As the news gets worse, why do some kinds of music simply sound better and better? Juan Carlos Quintero
's Table for Five
is, by content at least, "Latin Jazz." Yet there is something for everyone, including "Alone Together," "Giant Steps" and a slightly different version (as a cha-cha-cha) of Horace Silver's
Cape Verdean- inflected "Song for My Father." Aaron Serfaty
on drums and Joe Rotondi
on piano are more than capable soloists on "Song." They bring a fresh sound to a tune whose keyboard riff was introduced to an entirely different audience by Steely Dan
in "Rikki Don't Lose That Number" on Pretzel Logic
(ABC Records, 1974). So if you feel you know the tune, you most likely do, even if you never heard of Horace Silver.
There is nothing raucous in this recording. No blaring horns or thudding percussion. "Mambo Belahu," "Porque si Quieres" and a bright "Table for Five..." are not lite anything, but they go down easily. Above all, this is a melodic album, and most musical, even managing to get Henry Mancini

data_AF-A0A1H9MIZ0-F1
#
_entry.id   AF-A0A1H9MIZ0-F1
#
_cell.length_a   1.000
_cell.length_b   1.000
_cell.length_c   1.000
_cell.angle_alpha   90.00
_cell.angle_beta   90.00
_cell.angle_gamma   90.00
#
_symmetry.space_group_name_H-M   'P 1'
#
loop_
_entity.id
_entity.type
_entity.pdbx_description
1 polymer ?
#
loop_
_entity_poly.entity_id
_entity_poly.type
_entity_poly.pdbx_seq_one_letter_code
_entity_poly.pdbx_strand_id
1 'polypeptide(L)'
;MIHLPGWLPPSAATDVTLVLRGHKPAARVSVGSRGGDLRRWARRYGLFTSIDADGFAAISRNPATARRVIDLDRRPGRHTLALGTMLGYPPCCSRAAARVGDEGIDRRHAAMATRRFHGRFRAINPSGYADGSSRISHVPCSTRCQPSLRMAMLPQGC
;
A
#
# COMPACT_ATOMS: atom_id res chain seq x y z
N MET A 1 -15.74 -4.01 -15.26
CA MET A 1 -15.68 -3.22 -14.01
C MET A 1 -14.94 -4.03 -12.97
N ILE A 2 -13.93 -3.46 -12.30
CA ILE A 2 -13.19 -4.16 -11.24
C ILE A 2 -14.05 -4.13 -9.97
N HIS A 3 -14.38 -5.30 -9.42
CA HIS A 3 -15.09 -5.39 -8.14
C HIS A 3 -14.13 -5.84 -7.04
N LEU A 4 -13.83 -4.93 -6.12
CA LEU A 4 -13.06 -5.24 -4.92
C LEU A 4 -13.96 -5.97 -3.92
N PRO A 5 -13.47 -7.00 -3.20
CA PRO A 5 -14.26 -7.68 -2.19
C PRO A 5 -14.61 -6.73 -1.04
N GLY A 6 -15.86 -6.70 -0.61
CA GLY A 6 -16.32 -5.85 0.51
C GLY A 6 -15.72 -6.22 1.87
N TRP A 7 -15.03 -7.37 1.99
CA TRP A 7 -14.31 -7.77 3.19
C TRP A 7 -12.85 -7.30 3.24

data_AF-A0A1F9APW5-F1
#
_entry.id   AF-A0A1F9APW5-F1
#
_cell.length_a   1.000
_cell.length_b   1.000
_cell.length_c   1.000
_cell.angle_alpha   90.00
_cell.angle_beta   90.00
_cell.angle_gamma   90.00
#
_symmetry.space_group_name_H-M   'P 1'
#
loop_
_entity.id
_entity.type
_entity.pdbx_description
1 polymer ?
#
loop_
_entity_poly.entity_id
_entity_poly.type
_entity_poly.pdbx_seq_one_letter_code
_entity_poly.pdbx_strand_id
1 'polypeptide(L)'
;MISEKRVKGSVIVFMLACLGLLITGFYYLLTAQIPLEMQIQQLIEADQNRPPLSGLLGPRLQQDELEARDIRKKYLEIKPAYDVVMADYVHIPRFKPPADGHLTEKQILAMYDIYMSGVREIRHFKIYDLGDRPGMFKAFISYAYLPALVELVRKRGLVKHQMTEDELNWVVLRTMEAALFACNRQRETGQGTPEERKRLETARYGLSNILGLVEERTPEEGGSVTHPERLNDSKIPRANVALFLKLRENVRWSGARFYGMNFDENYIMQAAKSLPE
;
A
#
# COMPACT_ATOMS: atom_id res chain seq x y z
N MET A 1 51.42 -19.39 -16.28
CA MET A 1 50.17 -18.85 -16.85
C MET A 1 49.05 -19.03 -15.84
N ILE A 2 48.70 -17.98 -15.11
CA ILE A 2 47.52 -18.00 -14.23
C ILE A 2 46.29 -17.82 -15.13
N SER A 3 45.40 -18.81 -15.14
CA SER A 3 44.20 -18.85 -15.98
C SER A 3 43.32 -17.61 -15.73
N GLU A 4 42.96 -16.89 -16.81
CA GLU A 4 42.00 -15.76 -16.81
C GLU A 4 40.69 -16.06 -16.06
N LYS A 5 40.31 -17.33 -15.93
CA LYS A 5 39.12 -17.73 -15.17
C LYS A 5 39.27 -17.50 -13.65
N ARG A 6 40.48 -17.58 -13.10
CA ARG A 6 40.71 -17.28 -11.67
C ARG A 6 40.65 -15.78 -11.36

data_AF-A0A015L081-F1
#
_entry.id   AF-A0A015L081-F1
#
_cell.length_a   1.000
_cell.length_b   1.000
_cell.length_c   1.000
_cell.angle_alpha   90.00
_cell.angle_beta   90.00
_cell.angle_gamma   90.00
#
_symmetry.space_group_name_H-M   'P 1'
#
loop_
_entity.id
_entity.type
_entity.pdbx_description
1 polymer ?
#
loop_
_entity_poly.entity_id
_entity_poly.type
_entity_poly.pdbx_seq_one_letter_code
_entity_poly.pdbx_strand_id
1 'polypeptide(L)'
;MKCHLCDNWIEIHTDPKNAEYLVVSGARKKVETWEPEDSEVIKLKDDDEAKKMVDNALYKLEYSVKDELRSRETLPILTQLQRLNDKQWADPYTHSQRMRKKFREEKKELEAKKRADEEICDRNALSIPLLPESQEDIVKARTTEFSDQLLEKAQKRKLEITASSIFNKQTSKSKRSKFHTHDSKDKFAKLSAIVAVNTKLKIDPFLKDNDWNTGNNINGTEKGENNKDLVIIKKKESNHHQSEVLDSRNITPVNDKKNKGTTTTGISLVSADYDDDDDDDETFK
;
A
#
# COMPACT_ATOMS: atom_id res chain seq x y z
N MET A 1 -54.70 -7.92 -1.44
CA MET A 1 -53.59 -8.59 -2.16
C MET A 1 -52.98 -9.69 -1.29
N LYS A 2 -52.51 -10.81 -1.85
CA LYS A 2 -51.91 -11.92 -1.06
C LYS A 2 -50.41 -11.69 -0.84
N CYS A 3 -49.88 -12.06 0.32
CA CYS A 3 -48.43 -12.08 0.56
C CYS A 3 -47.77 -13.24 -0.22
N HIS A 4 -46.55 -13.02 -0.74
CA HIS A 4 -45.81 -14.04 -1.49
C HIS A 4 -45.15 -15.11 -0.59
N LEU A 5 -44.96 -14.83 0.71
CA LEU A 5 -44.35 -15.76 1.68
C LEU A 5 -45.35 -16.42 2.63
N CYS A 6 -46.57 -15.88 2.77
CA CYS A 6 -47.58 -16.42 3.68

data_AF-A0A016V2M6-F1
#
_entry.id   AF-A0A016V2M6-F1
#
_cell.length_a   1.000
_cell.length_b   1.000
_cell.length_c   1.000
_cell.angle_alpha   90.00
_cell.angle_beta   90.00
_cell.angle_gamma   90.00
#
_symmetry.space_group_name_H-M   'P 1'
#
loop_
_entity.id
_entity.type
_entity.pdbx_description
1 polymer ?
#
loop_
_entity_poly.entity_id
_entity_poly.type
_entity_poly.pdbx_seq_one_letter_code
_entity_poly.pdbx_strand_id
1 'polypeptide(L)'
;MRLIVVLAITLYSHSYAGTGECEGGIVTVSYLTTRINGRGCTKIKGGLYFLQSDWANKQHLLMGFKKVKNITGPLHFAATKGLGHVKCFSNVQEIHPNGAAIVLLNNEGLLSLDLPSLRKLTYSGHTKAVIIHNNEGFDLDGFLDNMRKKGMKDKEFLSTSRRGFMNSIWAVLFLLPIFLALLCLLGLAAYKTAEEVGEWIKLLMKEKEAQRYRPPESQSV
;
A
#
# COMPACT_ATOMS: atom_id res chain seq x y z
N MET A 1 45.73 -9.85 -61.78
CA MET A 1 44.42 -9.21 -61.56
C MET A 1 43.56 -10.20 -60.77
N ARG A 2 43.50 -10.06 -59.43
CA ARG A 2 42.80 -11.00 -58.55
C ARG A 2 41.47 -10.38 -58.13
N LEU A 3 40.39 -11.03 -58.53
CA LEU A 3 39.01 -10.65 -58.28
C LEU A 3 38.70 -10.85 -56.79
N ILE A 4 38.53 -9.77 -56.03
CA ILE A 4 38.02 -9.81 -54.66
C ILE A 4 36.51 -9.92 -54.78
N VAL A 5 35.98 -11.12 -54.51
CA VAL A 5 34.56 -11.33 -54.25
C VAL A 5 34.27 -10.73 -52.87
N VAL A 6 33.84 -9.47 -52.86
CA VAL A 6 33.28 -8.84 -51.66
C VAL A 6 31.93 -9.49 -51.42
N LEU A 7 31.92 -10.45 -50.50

into the mix in "Days of Wine and Roses." The mark of accomplished musicians is that they can take very different melodies and genres, and somehow make them their own; that is what Quintero and his band do here. For what it is worth, even grim news does not completely crush the spirit when something this enjoyable is on your playlist.
Be warned. This music is addictive. You may well have it on repeat for quite some time.
Alone Together; Mambo Balahu; The Gentle Rain; Manha de Carnaval; Table for Five…At
the Cumbia Inn; Song for My Father; Porque Si Quieres; Days of Wine and Roses; Giant
Steps; Beautiful Love.